"Lady Tinemouth, urge me no more. Is it not enough?" continued she, sullenly, "that I am miserable? Would you drive me to desperation? If there be danger; you brought me into it."
"I! Lady Sara?"
"Yes, you, Lady Tinemouth; you introduced him to me."
"But you are married! Singularly attractive and amiable as indeed he is, could I suppose—"
"Nonsense!" cried her ladyship, interrupting her; "you know that I am married to a mere sailor, more in love with his ugly ship than with me! But it is not because Constantine is so handsome that I like him. No; though no human form can come nearer to perfection, yet it was not that: it was you. You and Sophia Egerton were always telling me of his bravery; what wealth and honors he had sacrificed in the service of his country; how nobly he succored the distresses of others; how heedless he was of his own. This fired my imagination and won my heart. No; it was not his personal attractions: I am not so despicable!"
"Dear Lady Sara, be calm!" entreated the countess, completely at a loss how to manage a spirit of such violence. "Think, my dear friend, what horrors you would experience if Mr. Constantine were to discover this predilection, and presume upon it! You know where even the best men are vulnerable."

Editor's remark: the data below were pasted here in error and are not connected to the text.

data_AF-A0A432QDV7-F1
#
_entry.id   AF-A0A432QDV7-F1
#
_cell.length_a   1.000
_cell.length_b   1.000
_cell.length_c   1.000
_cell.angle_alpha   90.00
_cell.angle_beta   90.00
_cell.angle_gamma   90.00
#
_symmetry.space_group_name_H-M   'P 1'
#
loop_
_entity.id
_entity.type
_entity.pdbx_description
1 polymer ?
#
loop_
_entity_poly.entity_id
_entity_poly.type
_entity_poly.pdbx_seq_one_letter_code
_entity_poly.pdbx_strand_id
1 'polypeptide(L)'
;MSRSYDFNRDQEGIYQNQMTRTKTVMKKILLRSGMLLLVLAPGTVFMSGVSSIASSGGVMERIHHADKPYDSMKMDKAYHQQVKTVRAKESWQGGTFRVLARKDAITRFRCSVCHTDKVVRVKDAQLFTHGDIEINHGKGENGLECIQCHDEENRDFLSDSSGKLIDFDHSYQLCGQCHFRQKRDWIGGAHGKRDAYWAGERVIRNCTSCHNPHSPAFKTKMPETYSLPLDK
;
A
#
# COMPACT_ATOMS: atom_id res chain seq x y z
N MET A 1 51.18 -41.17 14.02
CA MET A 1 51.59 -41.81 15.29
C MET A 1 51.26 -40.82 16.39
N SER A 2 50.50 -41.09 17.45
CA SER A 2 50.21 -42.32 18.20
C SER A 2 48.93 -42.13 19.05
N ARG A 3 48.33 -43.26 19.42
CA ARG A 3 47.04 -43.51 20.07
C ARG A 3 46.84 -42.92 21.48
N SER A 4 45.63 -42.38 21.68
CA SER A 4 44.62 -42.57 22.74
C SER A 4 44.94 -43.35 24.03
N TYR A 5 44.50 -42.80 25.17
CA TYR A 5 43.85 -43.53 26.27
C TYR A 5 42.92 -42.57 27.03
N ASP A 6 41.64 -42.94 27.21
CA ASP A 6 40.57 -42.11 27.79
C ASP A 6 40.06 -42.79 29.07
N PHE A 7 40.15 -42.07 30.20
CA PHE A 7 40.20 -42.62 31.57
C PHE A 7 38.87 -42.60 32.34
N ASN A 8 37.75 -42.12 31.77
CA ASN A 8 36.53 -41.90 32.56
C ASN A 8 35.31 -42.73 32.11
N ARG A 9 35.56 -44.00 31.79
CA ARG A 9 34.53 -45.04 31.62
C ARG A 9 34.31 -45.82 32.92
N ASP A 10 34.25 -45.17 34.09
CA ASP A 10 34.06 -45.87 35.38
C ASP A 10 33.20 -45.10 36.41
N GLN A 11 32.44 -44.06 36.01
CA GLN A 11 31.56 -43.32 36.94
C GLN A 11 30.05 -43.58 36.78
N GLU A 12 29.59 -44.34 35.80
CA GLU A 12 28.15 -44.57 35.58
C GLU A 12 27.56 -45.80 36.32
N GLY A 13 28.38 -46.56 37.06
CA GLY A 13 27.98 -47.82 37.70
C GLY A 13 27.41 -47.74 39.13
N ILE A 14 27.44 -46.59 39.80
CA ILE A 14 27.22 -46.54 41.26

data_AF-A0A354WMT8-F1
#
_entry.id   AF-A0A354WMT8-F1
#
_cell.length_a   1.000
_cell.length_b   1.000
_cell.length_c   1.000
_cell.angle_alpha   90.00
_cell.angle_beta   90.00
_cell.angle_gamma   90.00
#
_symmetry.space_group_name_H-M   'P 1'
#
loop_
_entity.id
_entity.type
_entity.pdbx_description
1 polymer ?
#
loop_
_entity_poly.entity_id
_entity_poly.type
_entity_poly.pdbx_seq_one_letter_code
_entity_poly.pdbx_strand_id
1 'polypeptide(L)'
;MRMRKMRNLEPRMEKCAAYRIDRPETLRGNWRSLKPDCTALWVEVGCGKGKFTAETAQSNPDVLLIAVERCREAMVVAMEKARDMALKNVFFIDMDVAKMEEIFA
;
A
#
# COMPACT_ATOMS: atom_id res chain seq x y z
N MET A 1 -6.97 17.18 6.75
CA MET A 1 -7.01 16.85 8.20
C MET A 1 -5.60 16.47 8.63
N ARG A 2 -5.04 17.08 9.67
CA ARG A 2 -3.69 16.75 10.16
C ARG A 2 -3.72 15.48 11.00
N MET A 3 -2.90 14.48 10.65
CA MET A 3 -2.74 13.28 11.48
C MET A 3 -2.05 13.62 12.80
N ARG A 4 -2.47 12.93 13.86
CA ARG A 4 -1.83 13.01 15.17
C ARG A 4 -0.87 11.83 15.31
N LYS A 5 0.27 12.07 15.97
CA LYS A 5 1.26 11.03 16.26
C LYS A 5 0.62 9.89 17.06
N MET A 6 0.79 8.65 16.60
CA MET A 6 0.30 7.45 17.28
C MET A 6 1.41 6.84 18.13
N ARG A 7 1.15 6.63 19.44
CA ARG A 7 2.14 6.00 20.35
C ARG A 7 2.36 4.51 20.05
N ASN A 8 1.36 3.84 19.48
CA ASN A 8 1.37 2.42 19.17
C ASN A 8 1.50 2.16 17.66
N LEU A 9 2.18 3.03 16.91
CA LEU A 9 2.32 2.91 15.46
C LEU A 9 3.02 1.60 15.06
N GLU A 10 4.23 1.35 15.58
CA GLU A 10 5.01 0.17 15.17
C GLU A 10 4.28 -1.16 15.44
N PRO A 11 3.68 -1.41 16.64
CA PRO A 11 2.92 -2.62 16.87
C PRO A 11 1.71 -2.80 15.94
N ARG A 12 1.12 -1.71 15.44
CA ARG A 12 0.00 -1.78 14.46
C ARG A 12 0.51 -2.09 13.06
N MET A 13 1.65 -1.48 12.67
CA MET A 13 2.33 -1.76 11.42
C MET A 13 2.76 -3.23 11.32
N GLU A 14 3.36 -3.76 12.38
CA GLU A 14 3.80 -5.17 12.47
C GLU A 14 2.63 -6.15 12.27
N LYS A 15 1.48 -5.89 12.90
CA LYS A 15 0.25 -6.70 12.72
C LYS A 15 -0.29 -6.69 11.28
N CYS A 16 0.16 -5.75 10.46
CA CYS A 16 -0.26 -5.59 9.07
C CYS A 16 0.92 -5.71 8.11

The eyes of Lady Sara sparkled with pleasure.
"Why, surely, Lady Sara!" exclaimed Lady Tinemouth, doubtingly.
"Don't fear me, Lady Tinemouth; I know my own dignity too well to do anything disgraceful; yet I would acquire the knowledge that he loves me at almost any price. But he is cold," added she: "he is a piece of obstinate petrefaction, which Heaven itself could not melt!"
Lady Tinemouth was glad to hear this account of Thaddeus; but ere she could reply, the drawing-room door opened, and Miss Euphemia Dundas was announced.
When the little beauty expressed her amazement at not seeing Mr. Constantine, Lady Sara gave her such a withering look, that had her ladyship's eyes been Medusan, poor Euphemia would have stood there forever after, a stone statue of disappointment.
THE COUNTESS OF TINEMOUTH'S STORY.